Each scan line is tested and an alignment measure for the scanline is computed in block 202. The measure is determined as follows: for each edge pixel within the scan line (p, s) adjacent pixels in N scan lines above and N scan lines below the current scan line are examined. N is a small value such as 6 that limits the neighborhood. Beginning at i equal to 1, for values of i less than N, pixels at (p-1, s+i) and at (p-1, s-i) (that is, pixels one position to the left for i scan lines above and below the edge pixel of interest) are checked for the presence of other edge pixels; edge pixels in the neighborhood of a particular pixel are likely to form part of an edge in the image which could exhibit wobble. Each scan begins with the alignment measures set to zero. For each edge pixel found at these neighboring locations the alignment measure for the current scan is decremented. Pixels at (p+1, s+i) and at (p+1, s-i) (i.e., to the right and above and below the edge pixel of interest) are also checked, and for each edge pixel found here the alignment measure is incremented. This process is carried out for every edge pixel of the current scan line and the result is the alignment measure for the scan line.
Next, the RMS value (A) for the alignment measures of a set of scan lines is calculated, as shown at block 204. For a series of scan lines toward the middle of a frame, the alignment value of the scan line (which is the net value computed from all edges found within the scan) is squared and the squared values summed for an entire frame. The RMS value A is calculated as the root mean square of the alignment values over all the scan lines being considered. The middle scan lines are used because the above-described step of determining the alignment measure for a scan line requires considering values of N scan lines above and N scan lines below the current scan line, and so using the top or bottom N scan lines in a frame would skew the results.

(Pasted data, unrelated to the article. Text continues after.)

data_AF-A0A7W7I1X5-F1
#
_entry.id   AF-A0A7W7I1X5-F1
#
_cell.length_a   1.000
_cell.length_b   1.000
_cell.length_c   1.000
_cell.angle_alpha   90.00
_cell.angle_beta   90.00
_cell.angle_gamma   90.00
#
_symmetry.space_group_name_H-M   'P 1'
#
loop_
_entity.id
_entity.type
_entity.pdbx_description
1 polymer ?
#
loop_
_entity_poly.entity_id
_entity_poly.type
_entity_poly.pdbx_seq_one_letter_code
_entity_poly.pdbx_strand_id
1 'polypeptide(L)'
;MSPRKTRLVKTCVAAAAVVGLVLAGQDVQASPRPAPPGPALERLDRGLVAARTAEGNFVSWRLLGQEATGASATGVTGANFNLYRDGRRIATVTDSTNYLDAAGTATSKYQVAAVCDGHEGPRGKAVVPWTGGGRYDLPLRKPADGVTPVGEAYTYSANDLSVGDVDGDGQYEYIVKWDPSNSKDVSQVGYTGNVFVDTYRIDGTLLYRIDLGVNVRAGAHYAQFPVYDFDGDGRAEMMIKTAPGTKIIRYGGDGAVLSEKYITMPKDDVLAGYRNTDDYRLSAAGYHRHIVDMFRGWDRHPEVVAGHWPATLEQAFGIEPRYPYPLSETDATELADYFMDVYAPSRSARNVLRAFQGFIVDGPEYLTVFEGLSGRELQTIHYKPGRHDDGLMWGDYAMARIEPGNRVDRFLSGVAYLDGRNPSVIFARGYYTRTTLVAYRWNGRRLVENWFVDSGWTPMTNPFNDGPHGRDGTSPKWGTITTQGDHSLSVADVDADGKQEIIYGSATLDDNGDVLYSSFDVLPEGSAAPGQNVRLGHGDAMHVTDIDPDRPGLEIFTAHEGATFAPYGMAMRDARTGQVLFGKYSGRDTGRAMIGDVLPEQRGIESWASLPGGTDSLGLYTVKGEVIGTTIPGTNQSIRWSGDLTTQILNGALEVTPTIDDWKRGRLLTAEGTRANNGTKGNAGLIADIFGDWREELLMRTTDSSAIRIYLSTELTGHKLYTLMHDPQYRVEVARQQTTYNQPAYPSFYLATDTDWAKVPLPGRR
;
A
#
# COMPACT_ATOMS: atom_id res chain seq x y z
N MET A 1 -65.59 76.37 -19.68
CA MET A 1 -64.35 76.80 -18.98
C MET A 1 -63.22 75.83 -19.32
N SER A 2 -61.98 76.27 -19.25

As shown at block 206, an alignment threshold is then determined, based on the RMS value A described above. This alignment threshold is calculated as fA+c, where f is a threshold factor of about 1.5 and c is a value which is initially zero, but is increased on each cycle through the scan lines, for reasons which will be described below. This revision of the alignment threshold is shown at block 208.
The scan lines are stepped through one at a time, as shown by decision block 210, and those which satisfy the alignment criteria are shifted, as shown by decision block 212 and its following steps. Any scan line with an alignment measure greater than fA+c is shifted one pixel to the right. Any scan line with an alignment measure less than --fA--c is shifted one pixel to the left.
When a scan line is shifted, its alignment measure and that of the N scan lines above and below it are recalculated. Once all scans have been checked, if any were shifted, then the scans are checked again for additional shifting. This can occur because of the updating of the alignment measures with the original shifting. The increase of the value c which each cycle through the scan lines ensures that the shifting will eventually cease.
While the invention has been described with reference to the structure disclosed, it is not confined to the details set forth, but is intended to cover such modifications or changes as may come within the scope of the following claims.
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|US8624949||Mar 29, 2011||Jan 7, 2014||Xerox Corporation||Raster output scanner with beam delay compensation to counteract jitter and wiper-induced banding|
|US9327515||Nov 27, 2013||May 3, 2016||Xerox Corporation||Electronic banding compensation (EBC) of halftone-interaction banding using variable beam delays|
|U.S. Classification||348/511, 348/537, 348/E05.077, 348/739|
|International Classification||H04N9/79, H04N5/91, H04N9/68, H04N5/21|
|Jun 26, 1997||AS||Assignment|
Owner name: XEROX CORPORATION, CONNECTICUT
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Effective date: 19970620
|Jun 28, 2002||AS||Assignment|
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Owner name: JPMORGAN CHASE BANK, AS COLLATERAL AGENT, TEXAS